• 1 tim.
    Lauren Taus - Wellness through Yoga, Meditation and Psychotherapy

    Lauren Taus - Wellness through Yoga, Meditation and Psychotherapy

    In today's episode, Kyle interviews Lauren Taus: yoga instructor with 20 years of experience, host of the Inbodied Life podcast, and psychotherapist specializing in ketamine-assisted psychotherapy. 
    Taus talks about growing tired of more traditional therapy and cognitive loops so many people find themselves in through cognitive behavioral therapy leading to her taking a break from therapy altogether, trying psychedelics with her brother, learning of psychedelics being used therapeutically, and coming out of the psychedelic closet to her father (who now works with her).  She speaks about her practice, and the process and importance of building up therapeutic relationships first before introducing any psychedelics.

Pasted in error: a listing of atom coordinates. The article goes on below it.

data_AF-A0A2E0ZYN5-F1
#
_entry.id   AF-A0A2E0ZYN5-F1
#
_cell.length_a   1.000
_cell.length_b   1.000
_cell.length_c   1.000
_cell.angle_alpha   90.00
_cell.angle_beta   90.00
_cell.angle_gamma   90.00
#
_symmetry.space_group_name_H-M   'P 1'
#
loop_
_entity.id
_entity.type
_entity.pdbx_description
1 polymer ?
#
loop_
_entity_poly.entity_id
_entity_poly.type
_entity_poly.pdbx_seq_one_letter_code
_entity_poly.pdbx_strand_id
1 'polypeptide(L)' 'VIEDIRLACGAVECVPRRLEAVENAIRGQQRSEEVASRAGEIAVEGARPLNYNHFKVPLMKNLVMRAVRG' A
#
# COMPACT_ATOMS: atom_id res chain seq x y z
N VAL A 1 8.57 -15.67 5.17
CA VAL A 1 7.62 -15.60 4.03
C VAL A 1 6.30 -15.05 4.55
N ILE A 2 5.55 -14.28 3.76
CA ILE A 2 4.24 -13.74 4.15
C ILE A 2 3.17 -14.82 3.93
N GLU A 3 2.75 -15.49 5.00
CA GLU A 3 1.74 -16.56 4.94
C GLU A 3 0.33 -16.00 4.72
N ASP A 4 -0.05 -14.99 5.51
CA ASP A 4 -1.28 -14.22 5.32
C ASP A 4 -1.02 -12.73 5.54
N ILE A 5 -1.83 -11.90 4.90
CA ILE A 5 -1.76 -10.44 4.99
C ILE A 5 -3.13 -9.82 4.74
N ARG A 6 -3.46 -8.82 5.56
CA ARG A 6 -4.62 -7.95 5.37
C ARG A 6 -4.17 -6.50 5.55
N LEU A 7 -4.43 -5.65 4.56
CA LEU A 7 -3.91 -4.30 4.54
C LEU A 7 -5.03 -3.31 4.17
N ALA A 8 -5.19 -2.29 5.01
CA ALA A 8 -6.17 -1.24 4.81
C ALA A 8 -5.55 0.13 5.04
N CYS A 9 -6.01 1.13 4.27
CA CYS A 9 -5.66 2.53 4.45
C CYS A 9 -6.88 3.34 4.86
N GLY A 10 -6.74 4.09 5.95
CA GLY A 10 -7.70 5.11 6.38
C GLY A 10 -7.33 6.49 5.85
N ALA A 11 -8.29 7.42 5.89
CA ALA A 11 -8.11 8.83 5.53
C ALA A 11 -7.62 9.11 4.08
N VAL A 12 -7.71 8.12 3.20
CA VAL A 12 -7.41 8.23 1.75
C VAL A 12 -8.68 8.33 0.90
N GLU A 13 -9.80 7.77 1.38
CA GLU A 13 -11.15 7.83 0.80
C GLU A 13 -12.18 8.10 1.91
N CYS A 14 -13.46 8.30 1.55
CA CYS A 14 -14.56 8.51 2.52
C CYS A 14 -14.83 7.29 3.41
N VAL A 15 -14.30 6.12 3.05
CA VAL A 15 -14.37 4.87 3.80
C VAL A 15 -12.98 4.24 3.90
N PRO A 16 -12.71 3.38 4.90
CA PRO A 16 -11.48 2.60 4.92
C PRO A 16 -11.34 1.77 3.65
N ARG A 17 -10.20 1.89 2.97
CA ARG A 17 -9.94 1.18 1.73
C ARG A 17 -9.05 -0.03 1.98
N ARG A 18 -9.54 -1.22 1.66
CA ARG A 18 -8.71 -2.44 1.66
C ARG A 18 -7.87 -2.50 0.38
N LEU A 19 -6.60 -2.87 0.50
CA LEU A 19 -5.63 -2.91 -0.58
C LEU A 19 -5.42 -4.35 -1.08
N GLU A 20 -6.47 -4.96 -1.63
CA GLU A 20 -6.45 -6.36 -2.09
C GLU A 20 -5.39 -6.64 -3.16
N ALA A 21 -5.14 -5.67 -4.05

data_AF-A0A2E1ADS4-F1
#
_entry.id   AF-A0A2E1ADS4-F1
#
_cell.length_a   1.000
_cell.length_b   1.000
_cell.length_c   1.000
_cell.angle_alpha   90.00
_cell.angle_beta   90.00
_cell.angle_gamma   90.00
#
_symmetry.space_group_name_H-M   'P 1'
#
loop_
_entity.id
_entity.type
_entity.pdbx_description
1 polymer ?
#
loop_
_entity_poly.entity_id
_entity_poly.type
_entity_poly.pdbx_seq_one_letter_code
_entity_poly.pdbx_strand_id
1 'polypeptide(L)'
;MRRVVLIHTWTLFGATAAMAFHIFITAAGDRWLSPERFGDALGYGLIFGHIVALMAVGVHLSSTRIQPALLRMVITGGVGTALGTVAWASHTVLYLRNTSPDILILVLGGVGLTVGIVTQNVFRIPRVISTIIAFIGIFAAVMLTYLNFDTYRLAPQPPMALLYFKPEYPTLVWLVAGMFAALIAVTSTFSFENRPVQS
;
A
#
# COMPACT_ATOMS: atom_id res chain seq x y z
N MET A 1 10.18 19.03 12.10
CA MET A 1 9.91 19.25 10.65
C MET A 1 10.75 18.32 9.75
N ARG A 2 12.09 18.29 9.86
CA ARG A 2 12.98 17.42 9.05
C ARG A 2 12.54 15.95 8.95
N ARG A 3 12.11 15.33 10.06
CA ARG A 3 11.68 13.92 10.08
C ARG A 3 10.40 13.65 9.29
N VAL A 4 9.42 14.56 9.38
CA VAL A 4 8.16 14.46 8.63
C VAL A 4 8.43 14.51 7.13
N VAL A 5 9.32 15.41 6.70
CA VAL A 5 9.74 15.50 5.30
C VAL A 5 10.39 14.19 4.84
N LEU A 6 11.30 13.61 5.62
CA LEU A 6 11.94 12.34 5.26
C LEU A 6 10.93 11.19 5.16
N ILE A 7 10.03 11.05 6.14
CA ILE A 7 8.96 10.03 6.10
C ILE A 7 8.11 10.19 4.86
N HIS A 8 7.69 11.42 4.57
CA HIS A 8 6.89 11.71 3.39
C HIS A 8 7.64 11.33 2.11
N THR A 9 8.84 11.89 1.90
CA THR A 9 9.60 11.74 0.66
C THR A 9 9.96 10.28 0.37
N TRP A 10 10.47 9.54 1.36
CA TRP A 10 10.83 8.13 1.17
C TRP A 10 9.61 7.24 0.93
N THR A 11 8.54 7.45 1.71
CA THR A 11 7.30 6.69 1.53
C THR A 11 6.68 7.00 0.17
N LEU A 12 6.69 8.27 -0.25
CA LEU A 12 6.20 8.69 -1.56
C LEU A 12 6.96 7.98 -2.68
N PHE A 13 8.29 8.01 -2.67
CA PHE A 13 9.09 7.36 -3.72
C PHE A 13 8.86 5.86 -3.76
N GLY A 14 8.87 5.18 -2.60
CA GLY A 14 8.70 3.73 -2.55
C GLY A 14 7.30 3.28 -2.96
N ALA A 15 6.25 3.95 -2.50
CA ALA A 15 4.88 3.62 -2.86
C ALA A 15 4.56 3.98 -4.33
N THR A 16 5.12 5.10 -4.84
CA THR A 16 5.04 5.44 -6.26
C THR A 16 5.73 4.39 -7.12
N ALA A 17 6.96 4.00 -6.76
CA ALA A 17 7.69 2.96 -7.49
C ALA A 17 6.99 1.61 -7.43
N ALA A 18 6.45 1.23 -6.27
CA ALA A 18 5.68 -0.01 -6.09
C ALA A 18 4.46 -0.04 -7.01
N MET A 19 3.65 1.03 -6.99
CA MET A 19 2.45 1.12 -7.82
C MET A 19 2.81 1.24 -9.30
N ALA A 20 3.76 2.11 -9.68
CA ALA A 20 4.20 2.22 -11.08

She discusses how Covid-19, cannabis legalization and the way our culture is set up are all exacerbating mental health issues and the challenges of fighting through that while trying to better partner with disadvantaged communities, the frustrations around the illegality of certain medicines, the power of ketamine, the concept of spiritual bypassing, what she's doing differently during this disconnected time, harm reduction around psychedelics without a therapist nearby, mindfulness, and the importance of touch and dancing.
    Notable Quotes “Healing happens in relationship, and it happens in relationship with self too. I believe that so many people (and I certainly have been one of them) are walking warzones. The violence that happens inside of an individual heart and mind is far more outrageous than what you’d read in the news, and what you read in the news is a lot. ...With my work, I want to know you, I want to feel you, I want you to feel safe, I want you to feel love, I want you to feel unconditional regard and care. And that doesn’t happen overnight, and that doesn’t happen when you take a pill.”